Matt Wright: Nocturne for bjm
Tom Tlalim: THe BoDy [with live VJ-ing]
Keir Neuringer: One is One [with live VJ-ing]
Set 2 [MTK Improvisation]:
Tom Tlalim: solo (for parts of an electric guitar and processing)
Tom Tlalim and Keir Neuringer: An Abridged List of Options [text piece, to be spoken and added to the mix]
Tom Tlalim, Keir Neuringer, Matt Wright: improvisation
Matt Wright (turntables, beatbox)
Tom Tlalim (electronics)
Keir Neuringer (saxophone, percussion)
Reviewed by: Josh Meggitt
Reviewed: 31 January, 2006
Venue: Cargo, 83 Rivington Street, London
Combining ‘high-brow’ composition with more populist genres, spaces and audiences is nothing new; indeed, it has been one of the defining characteristics of much new music from the latter half of the twentieth century onwards. SPNM’s “Sound Source” series, the first UK full season “out of concert hall new music night” continues in this vein, “bringing cutting-edge composition to new audiences and venues.”
MTK (a trio comprising Matt Wright, Tom Tlalim and Keir Neuringer) aim to mesh academic electro-acoustic music, performed live on a number of instruments and sound sources, with contemporary club-based electronica. This is a match which should be eagerly welcomed, owing to the frequent dullness that arises from the work of both camps.
The opening piece situated events comfortably on the side of ‘standard’ experimental club-based electronica, where they were, for the most part, to remain. Neuringer established loose, glitch-filled drum and bass patterns on a laptop while further rhythms were added by Wright’s vocal beatbox sounds. Melodic lines were delivered ably by Neuringer’s saxophone.
Things picked up with the next work, a busier, chaotic maze of ‘plunderphonics’ from Wright’s turntables, Tlalim’s laptop and contact microphones handled by Neuringer. Droll, mono-tonal speech recordings, subtle Eastern percussion samples and record scratches sat beside visuals depicting rapid cuts of human facial features, evoking a particularly pessimistic vision of information overload and contemporary paranoia.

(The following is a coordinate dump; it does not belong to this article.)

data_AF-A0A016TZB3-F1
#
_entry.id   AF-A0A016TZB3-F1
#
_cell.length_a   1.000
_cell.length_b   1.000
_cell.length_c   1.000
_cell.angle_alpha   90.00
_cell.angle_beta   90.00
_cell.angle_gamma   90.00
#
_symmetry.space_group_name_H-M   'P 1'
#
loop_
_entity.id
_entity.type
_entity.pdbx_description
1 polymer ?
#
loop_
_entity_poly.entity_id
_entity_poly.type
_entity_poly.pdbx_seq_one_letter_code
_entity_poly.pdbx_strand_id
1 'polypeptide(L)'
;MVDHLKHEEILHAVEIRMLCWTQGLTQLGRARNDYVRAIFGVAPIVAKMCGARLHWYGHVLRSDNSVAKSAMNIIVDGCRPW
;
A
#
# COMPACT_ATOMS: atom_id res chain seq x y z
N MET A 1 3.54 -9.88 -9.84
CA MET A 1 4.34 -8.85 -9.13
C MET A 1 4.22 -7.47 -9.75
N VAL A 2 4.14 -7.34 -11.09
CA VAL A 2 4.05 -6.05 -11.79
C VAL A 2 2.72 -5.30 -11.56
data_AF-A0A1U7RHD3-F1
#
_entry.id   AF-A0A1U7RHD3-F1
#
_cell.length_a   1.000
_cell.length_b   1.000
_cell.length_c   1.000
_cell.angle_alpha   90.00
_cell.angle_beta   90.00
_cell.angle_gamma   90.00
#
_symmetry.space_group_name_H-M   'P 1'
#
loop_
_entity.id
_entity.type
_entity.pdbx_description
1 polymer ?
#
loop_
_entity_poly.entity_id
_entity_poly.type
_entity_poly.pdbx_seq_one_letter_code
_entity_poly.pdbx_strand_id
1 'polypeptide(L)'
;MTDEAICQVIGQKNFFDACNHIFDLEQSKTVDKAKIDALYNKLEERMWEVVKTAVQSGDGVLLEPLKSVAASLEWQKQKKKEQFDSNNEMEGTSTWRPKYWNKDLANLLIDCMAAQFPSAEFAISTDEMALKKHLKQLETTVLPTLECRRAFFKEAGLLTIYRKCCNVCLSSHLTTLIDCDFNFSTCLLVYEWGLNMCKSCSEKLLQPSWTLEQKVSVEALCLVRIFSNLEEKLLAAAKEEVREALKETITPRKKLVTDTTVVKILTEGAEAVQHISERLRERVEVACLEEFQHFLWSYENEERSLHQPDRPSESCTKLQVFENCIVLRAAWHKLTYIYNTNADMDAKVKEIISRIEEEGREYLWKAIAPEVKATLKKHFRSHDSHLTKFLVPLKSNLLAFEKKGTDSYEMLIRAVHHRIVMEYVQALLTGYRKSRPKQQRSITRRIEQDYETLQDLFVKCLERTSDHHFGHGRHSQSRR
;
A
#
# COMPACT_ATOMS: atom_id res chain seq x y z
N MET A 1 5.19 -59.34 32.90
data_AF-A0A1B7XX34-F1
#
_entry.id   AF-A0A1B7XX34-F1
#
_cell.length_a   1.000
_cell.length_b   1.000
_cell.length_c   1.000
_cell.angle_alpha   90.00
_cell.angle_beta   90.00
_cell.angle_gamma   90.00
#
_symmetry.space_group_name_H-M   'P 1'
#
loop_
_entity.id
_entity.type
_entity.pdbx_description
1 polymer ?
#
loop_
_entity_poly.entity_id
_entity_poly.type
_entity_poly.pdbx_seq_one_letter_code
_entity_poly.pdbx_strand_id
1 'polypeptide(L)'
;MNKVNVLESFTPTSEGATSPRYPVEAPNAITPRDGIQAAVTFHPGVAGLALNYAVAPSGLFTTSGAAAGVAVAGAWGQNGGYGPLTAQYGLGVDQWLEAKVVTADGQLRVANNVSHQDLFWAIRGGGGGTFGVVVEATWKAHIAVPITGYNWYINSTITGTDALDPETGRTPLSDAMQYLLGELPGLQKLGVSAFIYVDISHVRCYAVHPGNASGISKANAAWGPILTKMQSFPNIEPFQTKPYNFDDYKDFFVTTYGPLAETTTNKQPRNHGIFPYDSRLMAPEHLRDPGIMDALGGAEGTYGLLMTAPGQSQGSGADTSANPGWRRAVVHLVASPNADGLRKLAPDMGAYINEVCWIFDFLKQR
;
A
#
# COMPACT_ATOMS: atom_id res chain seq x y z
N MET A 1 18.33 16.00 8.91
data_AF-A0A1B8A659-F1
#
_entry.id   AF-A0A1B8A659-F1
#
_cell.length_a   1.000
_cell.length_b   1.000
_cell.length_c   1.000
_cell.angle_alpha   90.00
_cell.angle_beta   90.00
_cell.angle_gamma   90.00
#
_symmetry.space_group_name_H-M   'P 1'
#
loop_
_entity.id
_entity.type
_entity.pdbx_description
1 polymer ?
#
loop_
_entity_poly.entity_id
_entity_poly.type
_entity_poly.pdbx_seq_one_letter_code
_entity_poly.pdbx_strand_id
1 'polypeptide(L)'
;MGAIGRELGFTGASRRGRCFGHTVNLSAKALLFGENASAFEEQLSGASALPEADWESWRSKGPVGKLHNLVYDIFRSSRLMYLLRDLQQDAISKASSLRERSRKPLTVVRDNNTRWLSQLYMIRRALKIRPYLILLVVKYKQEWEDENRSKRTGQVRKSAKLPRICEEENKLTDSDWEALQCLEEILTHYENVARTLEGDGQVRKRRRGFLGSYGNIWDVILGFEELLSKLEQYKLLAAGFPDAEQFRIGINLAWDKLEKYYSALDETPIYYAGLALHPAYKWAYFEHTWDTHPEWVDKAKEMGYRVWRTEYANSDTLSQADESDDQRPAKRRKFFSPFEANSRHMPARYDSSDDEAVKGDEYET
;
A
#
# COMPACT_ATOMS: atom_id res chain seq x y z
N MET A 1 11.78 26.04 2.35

There followed the group’s strongest work, a cleverly programmed synthesis of sound and vision building thematically upon John Zorn’s game pieces. The screen depicted a computer audio-wave file (aptly titled ‘Dodging Bullets’) displaying the laptop’s audio output (smudged drum and bass patterns) and indicating cues for the saxophonist – and less dramatically turntablist – to react to. Unfortunately the specific instructions weren’t visible to the audience but we witnessed Neuringer move – very quickly at times – from absurdly long circular breathing tones to abrupt shifts in register and high and low skronks, leaving him looking thoroughly exhausted by the piece’s end.
The second, improvised half, while less rewarding, still revealed MTK as strongly adventurous musicians. Initially engaging hip-hop inspired beats from laptop, beatbox and Neuringer’s homemade percussion grew sparse, slipped out of sync and caused the action to fall limp. When less reliance was placed on syncopation things dramatically improved: layers of crackle built from locked record grooves and dark hues of synthesizer drone created a dense and menacing atmosphere. Soft bursts of saxophone and repeated patterns of blurred digital tones coloured these sections, adding drama and escape to an open work which unfolded much like Philip Jeck’s more ambient moments. On this evidence, future “Sound Source” events should be well worth investigating, and I look forward to following the work of MTK.